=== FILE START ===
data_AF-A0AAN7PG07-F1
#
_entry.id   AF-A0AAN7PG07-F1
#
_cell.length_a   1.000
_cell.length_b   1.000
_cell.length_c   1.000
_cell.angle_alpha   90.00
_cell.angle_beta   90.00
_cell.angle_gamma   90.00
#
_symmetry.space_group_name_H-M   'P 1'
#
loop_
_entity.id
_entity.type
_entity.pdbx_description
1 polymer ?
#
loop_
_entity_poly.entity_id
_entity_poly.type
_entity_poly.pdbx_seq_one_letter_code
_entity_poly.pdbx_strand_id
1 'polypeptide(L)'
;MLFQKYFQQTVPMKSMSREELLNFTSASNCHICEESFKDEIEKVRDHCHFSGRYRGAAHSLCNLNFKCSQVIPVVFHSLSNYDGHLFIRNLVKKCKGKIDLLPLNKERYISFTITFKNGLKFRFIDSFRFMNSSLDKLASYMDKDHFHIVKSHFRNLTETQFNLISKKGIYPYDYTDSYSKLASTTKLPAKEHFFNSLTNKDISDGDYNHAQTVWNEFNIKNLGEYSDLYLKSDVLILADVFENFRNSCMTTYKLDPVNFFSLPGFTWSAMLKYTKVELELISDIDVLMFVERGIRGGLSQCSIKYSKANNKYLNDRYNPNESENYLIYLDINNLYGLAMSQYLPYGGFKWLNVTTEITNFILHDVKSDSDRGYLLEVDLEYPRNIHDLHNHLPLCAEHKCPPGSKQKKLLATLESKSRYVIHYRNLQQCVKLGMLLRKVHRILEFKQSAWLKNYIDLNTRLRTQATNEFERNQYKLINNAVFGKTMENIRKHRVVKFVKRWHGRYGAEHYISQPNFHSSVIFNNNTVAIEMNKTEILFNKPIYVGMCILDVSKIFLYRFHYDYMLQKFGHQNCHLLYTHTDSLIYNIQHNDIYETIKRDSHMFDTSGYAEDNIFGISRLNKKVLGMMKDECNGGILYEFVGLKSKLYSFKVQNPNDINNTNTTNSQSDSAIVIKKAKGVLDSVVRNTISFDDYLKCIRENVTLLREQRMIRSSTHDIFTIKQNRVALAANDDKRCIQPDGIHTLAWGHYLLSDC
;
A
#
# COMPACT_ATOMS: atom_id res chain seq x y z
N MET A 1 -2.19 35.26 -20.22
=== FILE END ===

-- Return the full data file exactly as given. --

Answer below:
data_AF-A0AAN7PG07-F1
#
_entry.id   AF-A0AAN7PG07-F1
#
_cell.length_a   1.000
_cell.length_b   1.000
_cell.length_c   1.000
_cell.angle_alpha   90.00
_cell.angle_beta   90.00
_cell.angle_gamma   90.00
#
_symmetry.space_group_name_H-M   'P 1'
#
loop_
_entity.id
_entity.type
_entity.pdbx_description
1 polymer ?
#
loop_
_entity_poly.entity_id
_entity_poly.type
_entity_poly.pdbx_seq_one_letter_code
_entity_poly.pdbx_strand_id
1 'polypeptide(L)'
;MLFQKYFQQTVPMKSMSREELLNFTSASNCHICEESFKDEIEKVRDHCHFSGRYRGAAHSLCNLNFKCSQVIPVVFHSLSNYDGHLFIRNLVKKCKGKIDLLPLNKERYISFTITFKNGLKFRFIDSFRFMNSSLDKLASYMDKDHFHIVKSHFRNLTETQFNLISKKGIYPYDYTDSYSKLASTTKLPAKEHFFNSLTNKDISDGDYNHAQTVWNEFNIKNLGEYSDLYLKSDVLILADVFENFRNSCMTTYKLDPVNFFSLPGFTWSAMLKYTKVELELISDIDVLMFVERGIRGGLSQCSIKYSKANNKYLNDRYNPNESENYLIYLDINNLYGLAMSQYLPYGGFKWLNVTTEITNFILHDVKSDSDRGYLLEVDLEYPRNIHDLHNHLPLCAEHKCPPGSKQKKLLATLESKSRYVIHYRNLQQCVKLGMLLRKVHRILEFKQSAWLKNYIDLNTRLRTQATNEFERNQYKLINNAVFGKTMENIRKHRVVKFVKRWHGRYGAEHYISQPNFHSSVIFNNNTVAIEMNKTEILFNKPIYVGMCILDVSKIFLYRFHYDYMLQKFGHQNCHLLYTHTDSLIYNIQHNDIYETIKRDSHMFDTSGYAEDNIFGISRLNKKVLGMMKDECNGGILYEFVGLKSKLYSFKVQNPNDINNTNTTNSQSDSAIVIKKAKGVLDSVVRNTISFDDYLKCIRENVTLLREQRMIRSSTHDIFTIKQNRVALAANDDKRCIQPDGIHTLAWGHYLLSDC
;
A
#
# COMPACT_ATOMS: atom_id res chain seq x y z
N MET A 1 -2.19 35.26 -20.22